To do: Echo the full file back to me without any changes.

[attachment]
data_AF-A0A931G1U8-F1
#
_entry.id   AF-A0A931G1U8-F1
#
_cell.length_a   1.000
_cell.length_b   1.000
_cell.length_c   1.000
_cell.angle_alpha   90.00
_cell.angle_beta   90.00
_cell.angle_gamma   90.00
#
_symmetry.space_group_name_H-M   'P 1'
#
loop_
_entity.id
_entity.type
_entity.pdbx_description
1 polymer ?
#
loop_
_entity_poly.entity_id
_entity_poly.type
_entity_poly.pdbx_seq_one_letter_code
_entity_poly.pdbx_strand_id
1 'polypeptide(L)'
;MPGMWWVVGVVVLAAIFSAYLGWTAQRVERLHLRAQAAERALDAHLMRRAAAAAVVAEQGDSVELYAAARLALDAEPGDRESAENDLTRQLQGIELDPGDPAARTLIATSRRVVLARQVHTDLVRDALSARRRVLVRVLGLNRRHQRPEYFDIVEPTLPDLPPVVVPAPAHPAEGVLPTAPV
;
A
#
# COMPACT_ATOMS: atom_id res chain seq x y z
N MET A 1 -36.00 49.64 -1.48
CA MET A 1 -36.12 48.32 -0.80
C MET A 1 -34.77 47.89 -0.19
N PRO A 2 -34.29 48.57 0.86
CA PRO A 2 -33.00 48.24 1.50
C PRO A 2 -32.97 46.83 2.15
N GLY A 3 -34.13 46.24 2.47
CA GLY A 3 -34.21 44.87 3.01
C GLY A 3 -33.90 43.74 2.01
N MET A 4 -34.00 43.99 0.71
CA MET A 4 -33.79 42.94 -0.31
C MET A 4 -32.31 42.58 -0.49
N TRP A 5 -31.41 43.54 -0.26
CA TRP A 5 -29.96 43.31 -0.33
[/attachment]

data_AF-A0A931G1U8-F1
#
_entry.id   AF-A0A931G1U8-F1
#
_cell.length_a   1.000
_cell.length_b   1.000
_cell.length_c   1.000
_cell.angle_alpha   90.00
_cell.angle_beta   90.00
_cell.angle_gamma   90.00
#
_symmetry.space_group_name_H-M   'P 1'
#
loop_
_entity.id
_entity.type
_entity.pdbx_description
1 polymer ?
#
loop_
_entity_poly.entity_id
_entity_poly.type
_entity_poly.pdbx_seq_one_letter_code
_entity_poly.pdbx_strand_id
1 'polypeptide(L)'
;MPGMWWVVGVVVLAAIFSAYLGWTAQRVERLHLRAQAAERALDAHLMRRAAAAAVVAEQGDSVELYAAARLALDAEPGDRESAENDLTRQLQGIELDPGDPAARTLIATSRRVVLARQVHTDLVRDALSARRRVLVRVLGLNRRHQRPEYFDIVEPTLPDLPPVVVPAPAHPAEGVLPTAPV
;
A
#
# COMPACT_ATOMS: atom_id res chain seq x y z
N MET A 1 -36.00 49.64 -1.48
CA MET A 1 -36.12 48.32 -0.80
C MET A 1 -34.77 47.89 -0.19
N PRO A 2 -34.29 48.57 0.86
CA PRO A 2 -33.00 48.24 1.50
C PRO A 2 -32.97 46.83 2.15
N GLY A 3 -34.13 46.24 2.47
CA GLY A 3 -34.21 44.87 3.01
C GLY A 3 -33.90 43.74 2.01
N MET A 4 -34.00 43.99 0.71
CA MET A 4 -33.79 42.94 -0.31
C MET A 4 -32.31 42.58 -0.49
N TRP A 5 -31.41 43.54 -0.26
CA TRP A 5 -29.96 43.31 -0.33